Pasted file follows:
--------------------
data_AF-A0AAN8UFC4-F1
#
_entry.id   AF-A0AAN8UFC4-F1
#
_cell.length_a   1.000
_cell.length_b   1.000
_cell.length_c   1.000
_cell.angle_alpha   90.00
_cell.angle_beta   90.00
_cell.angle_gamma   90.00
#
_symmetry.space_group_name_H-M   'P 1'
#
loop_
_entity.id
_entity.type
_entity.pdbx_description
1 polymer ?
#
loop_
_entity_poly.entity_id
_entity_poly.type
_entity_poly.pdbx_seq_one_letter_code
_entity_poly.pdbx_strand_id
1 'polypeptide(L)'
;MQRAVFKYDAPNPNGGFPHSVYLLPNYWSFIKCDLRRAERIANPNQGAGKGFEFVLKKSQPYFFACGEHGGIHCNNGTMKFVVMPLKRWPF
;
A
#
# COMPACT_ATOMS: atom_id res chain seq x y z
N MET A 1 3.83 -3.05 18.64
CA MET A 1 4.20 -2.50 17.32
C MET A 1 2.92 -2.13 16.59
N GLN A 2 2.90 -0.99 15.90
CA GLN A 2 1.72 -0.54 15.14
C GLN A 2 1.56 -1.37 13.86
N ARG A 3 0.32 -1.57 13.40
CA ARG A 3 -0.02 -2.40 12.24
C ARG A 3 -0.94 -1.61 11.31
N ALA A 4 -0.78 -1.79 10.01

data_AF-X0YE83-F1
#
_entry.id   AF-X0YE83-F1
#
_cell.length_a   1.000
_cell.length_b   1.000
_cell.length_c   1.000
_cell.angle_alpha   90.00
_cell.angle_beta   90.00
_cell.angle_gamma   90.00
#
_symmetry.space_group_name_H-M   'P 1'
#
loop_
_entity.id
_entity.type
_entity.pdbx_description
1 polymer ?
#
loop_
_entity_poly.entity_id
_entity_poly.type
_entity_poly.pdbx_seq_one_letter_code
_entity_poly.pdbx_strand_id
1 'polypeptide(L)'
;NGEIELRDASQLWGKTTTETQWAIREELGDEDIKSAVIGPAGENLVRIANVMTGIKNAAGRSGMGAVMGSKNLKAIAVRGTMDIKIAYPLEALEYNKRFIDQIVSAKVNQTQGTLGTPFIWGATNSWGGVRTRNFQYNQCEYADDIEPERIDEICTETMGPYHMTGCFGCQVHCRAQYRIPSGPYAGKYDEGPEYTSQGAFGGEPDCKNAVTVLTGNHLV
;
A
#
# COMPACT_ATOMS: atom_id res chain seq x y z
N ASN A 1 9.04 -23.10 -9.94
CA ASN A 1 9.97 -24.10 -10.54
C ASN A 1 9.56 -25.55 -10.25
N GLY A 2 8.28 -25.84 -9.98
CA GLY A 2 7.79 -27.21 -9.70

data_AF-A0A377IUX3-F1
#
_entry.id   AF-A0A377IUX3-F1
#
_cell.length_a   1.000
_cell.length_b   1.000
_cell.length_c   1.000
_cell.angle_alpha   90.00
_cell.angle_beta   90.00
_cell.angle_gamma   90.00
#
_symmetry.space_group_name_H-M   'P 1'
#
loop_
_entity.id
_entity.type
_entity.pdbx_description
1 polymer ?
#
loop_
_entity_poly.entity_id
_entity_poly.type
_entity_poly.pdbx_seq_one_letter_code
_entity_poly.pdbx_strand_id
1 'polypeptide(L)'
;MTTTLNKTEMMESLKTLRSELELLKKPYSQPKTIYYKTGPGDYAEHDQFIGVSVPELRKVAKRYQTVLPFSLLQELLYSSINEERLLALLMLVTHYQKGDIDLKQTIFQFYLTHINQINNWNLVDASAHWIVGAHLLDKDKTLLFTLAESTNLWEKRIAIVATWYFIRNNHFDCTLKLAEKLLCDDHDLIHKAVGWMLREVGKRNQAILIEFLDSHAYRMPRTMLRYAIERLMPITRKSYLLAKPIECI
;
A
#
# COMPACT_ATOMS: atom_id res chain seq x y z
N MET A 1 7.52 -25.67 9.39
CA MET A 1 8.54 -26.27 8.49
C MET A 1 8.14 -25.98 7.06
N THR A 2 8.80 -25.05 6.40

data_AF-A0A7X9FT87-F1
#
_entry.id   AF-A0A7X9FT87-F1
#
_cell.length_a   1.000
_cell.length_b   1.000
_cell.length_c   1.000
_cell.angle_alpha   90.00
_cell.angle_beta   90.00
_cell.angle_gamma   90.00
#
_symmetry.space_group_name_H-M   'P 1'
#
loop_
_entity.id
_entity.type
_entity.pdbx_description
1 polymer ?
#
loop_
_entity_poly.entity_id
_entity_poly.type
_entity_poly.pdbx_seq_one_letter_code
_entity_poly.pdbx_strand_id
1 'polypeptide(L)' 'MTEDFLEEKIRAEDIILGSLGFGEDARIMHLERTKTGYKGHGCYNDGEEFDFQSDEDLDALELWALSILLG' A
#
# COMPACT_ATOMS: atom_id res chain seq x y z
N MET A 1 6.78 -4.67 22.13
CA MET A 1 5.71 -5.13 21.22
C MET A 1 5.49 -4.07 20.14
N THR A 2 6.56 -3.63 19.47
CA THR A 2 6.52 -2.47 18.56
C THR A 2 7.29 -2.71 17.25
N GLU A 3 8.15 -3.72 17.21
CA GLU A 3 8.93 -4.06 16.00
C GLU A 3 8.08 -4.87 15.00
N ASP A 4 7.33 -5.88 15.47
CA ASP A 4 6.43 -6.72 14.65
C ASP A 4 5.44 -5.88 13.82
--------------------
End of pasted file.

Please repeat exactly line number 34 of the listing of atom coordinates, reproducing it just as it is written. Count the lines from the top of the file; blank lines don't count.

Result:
N GLN A 2 2.90 -0.99 15.90